This example shows a 2.0-liter, four-cylinder, naturally aspirated, spark-ignited, four-stroke engine which computes crank-angle-resolved instantaneous torque.
To start the engine from the rest, first a starter motor starts rotating the crank wheel, followed by fuel injection and spark ignition to start firing. When combustion produces more torque at the crank than the starter motor torque, one-way clutch (also called overruning clutch) in the starter prevents the transmission of torque from crank to starter. Once the crank gets enough rotational momentum from succsessive combustions, starter motor is turned off and engine continues to operate by injection and spark.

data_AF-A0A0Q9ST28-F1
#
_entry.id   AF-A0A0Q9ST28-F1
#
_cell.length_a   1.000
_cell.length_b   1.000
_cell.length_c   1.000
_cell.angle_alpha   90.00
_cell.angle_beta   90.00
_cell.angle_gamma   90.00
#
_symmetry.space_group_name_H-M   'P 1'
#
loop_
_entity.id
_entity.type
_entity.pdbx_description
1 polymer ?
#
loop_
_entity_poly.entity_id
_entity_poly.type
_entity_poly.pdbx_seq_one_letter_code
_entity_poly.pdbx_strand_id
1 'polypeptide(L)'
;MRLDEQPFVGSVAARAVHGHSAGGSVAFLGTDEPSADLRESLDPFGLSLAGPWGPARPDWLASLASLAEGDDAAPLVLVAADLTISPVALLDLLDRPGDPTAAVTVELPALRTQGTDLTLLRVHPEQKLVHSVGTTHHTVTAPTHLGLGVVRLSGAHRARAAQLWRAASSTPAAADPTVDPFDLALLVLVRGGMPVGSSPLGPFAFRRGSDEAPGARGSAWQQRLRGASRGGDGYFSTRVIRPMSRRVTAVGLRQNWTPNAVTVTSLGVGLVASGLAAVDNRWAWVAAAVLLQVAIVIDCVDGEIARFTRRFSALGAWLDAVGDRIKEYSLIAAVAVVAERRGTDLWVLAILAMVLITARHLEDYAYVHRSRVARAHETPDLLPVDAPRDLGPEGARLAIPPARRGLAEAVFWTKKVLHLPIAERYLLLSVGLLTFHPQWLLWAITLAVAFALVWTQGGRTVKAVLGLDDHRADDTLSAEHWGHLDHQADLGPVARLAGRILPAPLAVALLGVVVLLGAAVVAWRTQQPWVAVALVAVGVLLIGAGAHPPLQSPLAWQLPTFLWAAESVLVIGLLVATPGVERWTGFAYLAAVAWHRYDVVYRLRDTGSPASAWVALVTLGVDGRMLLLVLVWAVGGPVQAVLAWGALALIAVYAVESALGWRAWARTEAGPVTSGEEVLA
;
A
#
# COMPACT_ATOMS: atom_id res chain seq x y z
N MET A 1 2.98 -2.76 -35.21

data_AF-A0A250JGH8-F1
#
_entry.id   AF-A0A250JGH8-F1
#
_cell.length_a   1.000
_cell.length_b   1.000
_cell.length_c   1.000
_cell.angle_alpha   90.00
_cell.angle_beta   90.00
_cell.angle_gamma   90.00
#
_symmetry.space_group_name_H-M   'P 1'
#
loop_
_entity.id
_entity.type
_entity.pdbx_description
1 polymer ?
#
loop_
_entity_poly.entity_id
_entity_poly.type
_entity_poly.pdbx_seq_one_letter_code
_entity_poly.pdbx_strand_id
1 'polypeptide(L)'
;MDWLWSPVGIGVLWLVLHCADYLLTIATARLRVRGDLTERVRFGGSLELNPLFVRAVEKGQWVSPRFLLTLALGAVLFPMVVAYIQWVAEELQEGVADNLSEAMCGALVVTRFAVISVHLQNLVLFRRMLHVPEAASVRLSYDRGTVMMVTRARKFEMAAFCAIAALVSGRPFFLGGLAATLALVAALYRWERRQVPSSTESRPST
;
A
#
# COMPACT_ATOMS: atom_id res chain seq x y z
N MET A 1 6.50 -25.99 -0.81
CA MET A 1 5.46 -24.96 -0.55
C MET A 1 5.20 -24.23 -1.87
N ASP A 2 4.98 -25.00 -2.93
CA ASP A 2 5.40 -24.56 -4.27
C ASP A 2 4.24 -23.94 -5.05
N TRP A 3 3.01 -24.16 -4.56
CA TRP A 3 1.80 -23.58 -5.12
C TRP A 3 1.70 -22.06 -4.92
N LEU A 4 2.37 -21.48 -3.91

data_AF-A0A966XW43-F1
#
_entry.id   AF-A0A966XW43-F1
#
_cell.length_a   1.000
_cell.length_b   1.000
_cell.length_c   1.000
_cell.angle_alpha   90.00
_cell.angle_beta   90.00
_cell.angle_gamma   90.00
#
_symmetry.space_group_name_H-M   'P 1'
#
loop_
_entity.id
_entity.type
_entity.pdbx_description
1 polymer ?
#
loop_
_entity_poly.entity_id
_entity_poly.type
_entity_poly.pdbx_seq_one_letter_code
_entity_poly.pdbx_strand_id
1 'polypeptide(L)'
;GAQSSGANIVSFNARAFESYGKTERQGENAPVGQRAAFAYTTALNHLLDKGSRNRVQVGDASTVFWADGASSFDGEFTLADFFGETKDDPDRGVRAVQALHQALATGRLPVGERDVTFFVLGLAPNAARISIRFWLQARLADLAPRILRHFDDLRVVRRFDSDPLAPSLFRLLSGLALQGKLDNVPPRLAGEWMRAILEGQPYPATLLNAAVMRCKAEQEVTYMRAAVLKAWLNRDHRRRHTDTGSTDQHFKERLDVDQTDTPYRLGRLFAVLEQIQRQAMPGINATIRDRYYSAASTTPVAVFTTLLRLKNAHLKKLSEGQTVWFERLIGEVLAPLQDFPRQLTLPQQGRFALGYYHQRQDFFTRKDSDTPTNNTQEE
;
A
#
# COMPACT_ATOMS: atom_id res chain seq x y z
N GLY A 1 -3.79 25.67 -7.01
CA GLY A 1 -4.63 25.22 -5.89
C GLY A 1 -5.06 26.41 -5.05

The engine torque can be controlled by varying throttle, air-fuel ratio, and spark timing.